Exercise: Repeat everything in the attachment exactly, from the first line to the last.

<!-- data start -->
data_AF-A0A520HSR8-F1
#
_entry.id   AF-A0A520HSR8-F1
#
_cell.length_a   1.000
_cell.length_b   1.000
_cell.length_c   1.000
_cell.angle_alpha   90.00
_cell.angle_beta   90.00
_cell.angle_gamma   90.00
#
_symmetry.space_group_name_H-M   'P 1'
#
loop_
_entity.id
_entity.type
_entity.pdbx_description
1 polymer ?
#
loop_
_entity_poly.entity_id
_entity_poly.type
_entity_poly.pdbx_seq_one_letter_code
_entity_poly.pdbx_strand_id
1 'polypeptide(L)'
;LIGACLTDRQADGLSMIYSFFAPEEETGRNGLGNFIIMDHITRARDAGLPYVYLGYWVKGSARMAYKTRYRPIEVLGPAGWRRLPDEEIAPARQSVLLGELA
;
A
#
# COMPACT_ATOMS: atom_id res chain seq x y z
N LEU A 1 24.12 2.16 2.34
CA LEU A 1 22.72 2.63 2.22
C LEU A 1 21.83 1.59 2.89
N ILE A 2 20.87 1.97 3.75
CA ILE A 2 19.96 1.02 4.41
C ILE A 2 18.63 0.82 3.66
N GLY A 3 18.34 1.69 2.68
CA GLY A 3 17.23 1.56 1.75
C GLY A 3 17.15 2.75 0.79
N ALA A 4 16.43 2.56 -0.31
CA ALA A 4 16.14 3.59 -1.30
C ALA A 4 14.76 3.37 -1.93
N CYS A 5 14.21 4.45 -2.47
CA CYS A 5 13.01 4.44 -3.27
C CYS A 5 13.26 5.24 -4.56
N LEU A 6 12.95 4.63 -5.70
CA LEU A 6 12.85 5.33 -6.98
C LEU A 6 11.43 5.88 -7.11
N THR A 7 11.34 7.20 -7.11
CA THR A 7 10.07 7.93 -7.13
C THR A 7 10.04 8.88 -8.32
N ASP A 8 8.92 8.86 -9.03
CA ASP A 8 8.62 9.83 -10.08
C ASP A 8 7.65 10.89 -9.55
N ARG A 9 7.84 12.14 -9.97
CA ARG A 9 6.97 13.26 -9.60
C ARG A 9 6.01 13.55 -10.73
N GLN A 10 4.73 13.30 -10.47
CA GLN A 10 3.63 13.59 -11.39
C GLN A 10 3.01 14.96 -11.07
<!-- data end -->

data_AF-A0A520HSR8-F1
#
_entry.id   AF-A0A520HSR8-F1
#
_cell.length_a   1.000
_cell.length_b   1.000
_cell.length_c   1.000
_cell.angle_alpha   90.00
_cell.angle_beta   90.00
_cell.angle_gamma   90.00
#
_symmetry.space_group_name_H-M   'P 1'
#
loop_
_entity.id
_entity.type
_entity.pdbx_description
1 polymer ?
#
loop_
_entity_poly.entity_id
_entity_poly.type
_entity_poly.pdbx_seq_one_letter_code
_entity_poly.pdbx_strand_id
1 'polypeptide(L)'
;LIGACLTDRQADGLSMIYSFFAPEEETGRNGLGNFIIMDHITRARDAGLPYVYLGYWVKGSARMAYKTRYRPIEVLGPAGWRRLPDEEIAPARQSVLLGELA
;
A
#
# COMPACT_ATOMS: atom_id res chain seq x y z
N LEU A 1 24.12 2.16 2.34
CA LEU A 1 22.72 2.63 2.22
C LEU A 1 21.83 1.59 2.89
N ILE A 2 20.87 1.97 3.75
CA ILE A 2 19.96 1.02 4.41
C ILE A 2 18.63 0.82 3.66
N GLY A 3 18.34 1.69 2.68
CA GLY A 3 17.23 1.56 1.75
C GLY A 3 17.15 2.75 0.79
N ALA A 4 16.43 2.56 -0.31
CA ALA A 4 16.14 3.59 -1.30
C ALA A 4 14.76 3.37 -1.93
N CYS A 5 14.21 4.45 -2.47
CA CYS A 5 13.01 4.44 -3.27
C CYS A 5 13.26 5.24 -4.56
N LEU A 6 12.95 4.63 -5.70
CA LEU A 6 12.85 5.33 -6.98
C LEU A 6 11.43 5.88 -7.11
N THR A 7 11.34 7.20 -7.11
CA THR A 7 10.07 7.93 -7.13
C THR A 7 10.04 8.88 -8.32
N ASP A 8 8.92 8.86 -9.03
CA ASP A 8 8.62 9.83 -10.08
C ASP A 8 7.65 10.89 -9.55
N ARG A 9 7.84 12.14 -9.97
CA ARG A 9 6.97 13.26 -9.60
C ARG A 9 6.01 13.55 -10.73
N GLN A 10 4.73 13.30 -10.47
CA GLN A 10 3.63 13.59 -11.39
C GLN A 10 3.01 14.96 -11.07